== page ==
Sunday, July 11, 2010




: of, relating to, or characterized by faithlessness or disloyalty : treacherous

First things first—

treacherous : characterized by faithlessness or readiness to betray trust; deceptive, untrustworthy, or unreliable

I see a slight variance here. PERFIDIOUS seems to describe the effects of said behavior—how you might call someone after they have committed an act of disloyalty, or a way to describe the act itself. Treacherous has an air of intent; if one is treacherous, he is untrustworthy to the bone, born as such and bound to this definition. PERFIDIOUS strikes me as a close companion to words like despicable or hooligan. It doesn't propound the same inherent maliciousness that oozes out of a word like treacherous. Treacherous just sounds more threatening.

All that aside, I'm curious about how faithlessness translates to untrustworthiness. Beware of the non-believer. Faith has been a constant struggle for me; I grew up without religion, out from under the umbrella of an ultimate authority. I was always a skeptic, never entirely believing in anything without question, coming close only to the idea of "self"—a concept in which family and inspirational children's book suggested I should believe.

Faith, to me, is a concept that is earned, not just blindly granted. Thirty years in, I have found I have faith in a handful of people in my life. I have faith in my judgment calls. I have faith in unpredictability. I have faith in the earth's counter-clockwise rotation, and if the earth decided to be unpredictable, I might have faith in that as well. In general I have faith in more than I give myself credit for.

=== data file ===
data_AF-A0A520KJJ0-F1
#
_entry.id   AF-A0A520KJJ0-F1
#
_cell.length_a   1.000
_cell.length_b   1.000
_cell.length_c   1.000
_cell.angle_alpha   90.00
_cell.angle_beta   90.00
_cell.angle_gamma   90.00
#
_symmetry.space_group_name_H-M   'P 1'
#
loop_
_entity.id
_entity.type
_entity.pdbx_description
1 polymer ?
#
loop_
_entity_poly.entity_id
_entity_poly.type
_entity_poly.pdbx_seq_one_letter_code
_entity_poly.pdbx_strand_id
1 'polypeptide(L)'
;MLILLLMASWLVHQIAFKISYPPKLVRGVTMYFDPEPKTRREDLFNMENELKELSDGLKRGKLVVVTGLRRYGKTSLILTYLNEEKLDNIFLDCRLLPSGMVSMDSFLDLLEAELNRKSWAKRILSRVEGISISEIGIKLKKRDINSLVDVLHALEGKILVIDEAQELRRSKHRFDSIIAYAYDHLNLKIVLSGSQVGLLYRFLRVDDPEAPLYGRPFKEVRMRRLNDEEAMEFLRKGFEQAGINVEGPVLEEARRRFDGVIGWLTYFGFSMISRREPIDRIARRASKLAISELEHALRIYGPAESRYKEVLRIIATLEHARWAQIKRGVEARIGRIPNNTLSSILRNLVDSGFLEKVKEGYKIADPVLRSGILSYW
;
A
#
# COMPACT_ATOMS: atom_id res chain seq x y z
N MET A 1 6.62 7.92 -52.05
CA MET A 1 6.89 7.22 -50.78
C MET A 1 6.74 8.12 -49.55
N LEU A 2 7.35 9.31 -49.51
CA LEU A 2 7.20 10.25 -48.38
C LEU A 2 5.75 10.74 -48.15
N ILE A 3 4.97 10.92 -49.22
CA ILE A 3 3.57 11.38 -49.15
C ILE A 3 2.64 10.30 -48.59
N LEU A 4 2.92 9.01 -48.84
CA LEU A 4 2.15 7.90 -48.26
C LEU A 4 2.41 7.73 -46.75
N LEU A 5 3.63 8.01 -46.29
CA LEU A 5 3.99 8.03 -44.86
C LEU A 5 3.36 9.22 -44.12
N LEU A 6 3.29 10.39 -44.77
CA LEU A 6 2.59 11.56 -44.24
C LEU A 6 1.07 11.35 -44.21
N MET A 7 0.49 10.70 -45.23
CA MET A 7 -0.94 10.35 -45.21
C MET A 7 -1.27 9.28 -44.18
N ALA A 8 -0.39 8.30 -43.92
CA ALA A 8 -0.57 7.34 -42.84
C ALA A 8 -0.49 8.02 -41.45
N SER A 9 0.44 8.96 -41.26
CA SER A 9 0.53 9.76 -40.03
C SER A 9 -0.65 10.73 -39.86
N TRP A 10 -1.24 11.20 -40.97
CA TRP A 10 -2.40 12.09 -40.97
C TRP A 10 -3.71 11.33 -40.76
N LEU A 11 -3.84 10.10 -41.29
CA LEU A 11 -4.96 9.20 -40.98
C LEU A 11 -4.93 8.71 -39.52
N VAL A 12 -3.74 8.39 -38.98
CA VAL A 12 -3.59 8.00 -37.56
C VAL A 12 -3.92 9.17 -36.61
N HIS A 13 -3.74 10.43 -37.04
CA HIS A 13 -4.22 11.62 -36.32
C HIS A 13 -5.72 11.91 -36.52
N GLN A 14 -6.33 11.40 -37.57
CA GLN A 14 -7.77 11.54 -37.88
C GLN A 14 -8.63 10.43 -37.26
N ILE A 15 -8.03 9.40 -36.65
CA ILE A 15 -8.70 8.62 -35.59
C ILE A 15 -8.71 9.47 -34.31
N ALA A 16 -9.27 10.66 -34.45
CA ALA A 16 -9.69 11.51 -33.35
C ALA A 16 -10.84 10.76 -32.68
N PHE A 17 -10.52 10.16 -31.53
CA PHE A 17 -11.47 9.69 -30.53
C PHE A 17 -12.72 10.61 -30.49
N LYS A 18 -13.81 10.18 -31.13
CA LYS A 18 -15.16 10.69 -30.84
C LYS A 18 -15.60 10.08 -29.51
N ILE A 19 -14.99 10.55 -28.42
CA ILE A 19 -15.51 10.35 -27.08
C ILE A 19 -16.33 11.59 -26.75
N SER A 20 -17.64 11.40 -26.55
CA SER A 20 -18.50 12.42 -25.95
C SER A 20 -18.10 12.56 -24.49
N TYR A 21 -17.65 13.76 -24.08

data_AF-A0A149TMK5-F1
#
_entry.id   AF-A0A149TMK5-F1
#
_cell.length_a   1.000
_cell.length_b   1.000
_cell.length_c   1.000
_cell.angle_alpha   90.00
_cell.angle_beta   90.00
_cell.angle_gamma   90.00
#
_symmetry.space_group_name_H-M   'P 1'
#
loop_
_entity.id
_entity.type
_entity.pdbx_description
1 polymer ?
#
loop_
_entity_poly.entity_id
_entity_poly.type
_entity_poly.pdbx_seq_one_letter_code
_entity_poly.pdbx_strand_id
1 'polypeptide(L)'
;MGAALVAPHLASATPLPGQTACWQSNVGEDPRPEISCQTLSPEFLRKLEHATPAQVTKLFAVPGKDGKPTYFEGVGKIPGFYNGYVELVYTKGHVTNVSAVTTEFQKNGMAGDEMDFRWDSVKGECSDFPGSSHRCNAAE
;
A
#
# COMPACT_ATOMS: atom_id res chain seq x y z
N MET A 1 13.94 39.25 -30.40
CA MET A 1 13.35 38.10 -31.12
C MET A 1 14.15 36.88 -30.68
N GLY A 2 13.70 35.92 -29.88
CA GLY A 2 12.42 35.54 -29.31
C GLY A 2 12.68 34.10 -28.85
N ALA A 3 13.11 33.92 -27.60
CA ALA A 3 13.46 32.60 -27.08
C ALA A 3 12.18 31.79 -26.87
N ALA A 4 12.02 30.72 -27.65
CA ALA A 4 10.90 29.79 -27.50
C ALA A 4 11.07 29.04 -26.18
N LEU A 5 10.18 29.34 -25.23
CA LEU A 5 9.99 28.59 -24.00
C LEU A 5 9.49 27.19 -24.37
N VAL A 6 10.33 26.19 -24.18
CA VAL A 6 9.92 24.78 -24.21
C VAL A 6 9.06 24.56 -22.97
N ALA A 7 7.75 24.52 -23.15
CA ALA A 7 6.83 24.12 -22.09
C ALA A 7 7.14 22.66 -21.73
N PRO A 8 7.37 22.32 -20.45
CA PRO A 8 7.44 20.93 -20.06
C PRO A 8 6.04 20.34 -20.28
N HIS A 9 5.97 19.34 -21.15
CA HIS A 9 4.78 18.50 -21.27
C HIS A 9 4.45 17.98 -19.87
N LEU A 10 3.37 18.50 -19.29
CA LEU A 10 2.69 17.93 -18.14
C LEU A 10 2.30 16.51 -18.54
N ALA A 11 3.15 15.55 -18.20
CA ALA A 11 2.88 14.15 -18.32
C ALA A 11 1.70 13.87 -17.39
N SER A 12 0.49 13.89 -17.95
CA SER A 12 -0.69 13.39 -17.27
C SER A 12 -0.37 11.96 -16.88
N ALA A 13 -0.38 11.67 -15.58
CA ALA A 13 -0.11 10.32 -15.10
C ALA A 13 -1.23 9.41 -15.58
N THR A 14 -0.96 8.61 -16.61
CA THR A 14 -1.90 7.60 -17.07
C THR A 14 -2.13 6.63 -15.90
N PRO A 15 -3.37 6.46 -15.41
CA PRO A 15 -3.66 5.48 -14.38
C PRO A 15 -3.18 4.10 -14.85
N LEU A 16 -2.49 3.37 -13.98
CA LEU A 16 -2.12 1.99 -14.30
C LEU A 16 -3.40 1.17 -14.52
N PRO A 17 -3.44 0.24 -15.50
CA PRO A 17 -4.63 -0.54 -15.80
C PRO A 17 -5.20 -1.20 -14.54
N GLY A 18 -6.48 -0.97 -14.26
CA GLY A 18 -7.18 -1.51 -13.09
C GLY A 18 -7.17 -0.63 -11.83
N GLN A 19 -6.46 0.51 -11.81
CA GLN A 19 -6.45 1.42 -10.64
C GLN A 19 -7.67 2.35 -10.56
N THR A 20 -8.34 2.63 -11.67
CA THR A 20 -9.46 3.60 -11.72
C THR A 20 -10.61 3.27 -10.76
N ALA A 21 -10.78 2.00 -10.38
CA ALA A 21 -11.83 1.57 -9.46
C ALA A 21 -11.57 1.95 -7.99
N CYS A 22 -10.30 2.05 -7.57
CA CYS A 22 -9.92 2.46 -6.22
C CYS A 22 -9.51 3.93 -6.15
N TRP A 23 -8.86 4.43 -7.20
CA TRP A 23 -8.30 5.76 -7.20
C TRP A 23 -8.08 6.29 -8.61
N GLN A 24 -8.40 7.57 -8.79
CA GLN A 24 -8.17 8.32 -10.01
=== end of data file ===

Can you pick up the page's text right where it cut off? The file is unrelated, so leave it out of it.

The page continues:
Regardless, I don't feel that my faith, or lack thereof, has any bearing on whether or not I'm a loyal or trustworthy person. I can be loyal to something I don't have faith in. Case in point: Whole Foods. I've worked for this company for four years. It's a decent company. They do some good things. I never bought into the idea that WF is the end-all be-all of philanthropy in the world of food service. But that doesn't mean I'm a disloyal or unreliable employee. It just means I'm realistic. In fact, I think a blindly faithful employee would be more dangerous; one who never questions will ultimately be crestfallen when he discovers the truth of imperfection. That blow might send a believer to the opposite end of the spectrum, to desperate acts of PERFIDIOUSNESS. I, on the other hand, have accepted WF's flaws and stayed, henceforth there is little room for reactionary behavior.

Maybe I am misinterpreting my faithlessness for a different kind of faith—a faith in the natural fallibility of everything. This seems to me a more solid ground to stand on, or perhaps, less of a distance to fall.

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